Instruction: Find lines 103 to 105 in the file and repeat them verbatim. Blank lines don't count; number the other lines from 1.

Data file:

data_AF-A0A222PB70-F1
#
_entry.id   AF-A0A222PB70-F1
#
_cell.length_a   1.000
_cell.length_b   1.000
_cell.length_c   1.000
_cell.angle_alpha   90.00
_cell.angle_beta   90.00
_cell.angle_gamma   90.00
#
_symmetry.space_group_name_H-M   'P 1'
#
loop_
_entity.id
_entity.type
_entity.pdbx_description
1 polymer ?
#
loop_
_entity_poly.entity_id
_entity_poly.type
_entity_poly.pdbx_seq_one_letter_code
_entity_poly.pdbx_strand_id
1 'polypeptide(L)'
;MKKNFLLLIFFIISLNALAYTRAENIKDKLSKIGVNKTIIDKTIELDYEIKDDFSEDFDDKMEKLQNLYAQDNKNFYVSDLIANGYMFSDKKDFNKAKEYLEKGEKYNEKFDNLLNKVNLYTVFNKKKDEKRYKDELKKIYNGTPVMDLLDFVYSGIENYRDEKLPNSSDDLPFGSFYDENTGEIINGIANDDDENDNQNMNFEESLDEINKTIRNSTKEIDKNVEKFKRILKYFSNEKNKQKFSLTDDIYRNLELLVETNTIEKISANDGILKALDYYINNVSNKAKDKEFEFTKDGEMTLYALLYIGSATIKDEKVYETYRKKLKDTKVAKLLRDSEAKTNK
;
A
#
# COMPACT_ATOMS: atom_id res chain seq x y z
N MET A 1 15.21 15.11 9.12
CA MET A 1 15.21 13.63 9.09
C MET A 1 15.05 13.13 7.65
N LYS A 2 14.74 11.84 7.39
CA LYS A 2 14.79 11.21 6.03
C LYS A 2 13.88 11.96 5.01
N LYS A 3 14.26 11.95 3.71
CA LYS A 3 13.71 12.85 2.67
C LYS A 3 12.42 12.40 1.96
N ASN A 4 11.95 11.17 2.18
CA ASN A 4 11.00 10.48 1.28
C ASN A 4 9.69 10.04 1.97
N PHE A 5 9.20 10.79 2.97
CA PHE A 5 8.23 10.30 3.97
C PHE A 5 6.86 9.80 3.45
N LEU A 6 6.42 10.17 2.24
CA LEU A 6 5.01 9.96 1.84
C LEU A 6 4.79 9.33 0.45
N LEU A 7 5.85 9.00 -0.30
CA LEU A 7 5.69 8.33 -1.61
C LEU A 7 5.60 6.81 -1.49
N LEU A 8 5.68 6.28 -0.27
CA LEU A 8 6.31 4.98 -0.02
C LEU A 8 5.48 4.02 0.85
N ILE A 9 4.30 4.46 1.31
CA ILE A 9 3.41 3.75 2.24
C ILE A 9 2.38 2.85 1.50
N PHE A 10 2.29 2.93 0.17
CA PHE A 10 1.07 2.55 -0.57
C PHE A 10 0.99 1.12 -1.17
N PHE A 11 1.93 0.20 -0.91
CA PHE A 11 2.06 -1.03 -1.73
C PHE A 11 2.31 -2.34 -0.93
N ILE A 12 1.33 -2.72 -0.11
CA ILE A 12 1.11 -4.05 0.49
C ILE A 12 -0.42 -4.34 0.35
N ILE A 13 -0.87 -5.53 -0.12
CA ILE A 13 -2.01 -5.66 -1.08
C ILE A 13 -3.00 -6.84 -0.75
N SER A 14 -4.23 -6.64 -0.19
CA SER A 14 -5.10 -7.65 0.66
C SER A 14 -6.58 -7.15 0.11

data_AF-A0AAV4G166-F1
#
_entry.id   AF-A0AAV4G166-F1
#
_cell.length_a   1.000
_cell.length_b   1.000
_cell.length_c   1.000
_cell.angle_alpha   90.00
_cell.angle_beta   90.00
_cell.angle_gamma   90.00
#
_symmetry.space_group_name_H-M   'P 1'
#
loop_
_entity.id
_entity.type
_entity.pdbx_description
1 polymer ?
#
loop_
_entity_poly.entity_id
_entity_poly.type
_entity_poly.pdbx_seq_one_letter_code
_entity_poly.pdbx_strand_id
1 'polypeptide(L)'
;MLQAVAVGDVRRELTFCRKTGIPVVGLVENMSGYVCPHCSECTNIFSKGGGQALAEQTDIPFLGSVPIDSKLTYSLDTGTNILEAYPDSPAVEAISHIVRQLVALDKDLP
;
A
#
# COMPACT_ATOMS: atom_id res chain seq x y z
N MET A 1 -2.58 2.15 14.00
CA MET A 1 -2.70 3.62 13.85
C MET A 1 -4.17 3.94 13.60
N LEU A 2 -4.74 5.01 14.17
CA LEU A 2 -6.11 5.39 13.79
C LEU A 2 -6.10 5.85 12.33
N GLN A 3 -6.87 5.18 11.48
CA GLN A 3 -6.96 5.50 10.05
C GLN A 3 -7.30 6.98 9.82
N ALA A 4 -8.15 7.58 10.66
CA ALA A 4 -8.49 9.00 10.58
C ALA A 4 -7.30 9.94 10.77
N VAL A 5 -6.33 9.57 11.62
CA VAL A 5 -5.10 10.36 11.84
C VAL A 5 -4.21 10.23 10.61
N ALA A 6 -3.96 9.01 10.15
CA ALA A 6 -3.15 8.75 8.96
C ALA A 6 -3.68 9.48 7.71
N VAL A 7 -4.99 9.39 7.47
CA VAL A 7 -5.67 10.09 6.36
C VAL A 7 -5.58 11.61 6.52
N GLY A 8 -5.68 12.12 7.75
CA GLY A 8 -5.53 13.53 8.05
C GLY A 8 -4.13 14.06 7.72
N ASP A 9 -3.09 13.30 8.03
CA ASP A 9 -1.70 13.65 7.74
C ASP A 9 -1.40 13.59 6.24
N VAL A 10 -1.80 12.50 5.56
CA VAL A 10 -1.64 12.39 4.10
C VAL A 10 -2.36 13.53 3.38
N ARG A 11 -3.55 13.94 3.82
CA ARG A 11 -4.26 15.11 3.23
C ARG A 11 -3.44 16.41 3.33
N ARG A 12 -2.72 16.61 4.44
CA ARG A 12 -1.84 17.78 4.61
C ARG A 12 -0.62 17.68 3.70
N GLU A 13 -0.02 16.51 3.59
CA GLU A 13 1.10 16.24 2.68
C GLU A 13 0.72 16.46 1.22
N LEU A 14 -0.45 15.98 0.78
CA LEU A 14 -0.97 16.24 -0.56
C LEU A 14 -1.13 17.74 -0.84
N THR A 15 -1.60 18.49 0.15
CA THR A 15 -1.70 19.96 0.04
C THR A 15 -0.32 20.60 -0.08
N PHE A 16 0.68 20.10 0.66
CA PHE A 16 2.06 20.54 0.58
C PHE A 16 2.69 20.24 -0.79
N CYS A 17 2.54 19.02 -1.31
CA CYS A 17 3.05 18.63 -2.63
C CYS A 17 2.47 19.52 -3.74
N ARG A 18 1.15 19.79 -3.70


N MET A 1 -2.58 2.15 14.00
CA MET A 1 -2.70 3.62 13.85
C MET A 1 -4.17 3.94 13.60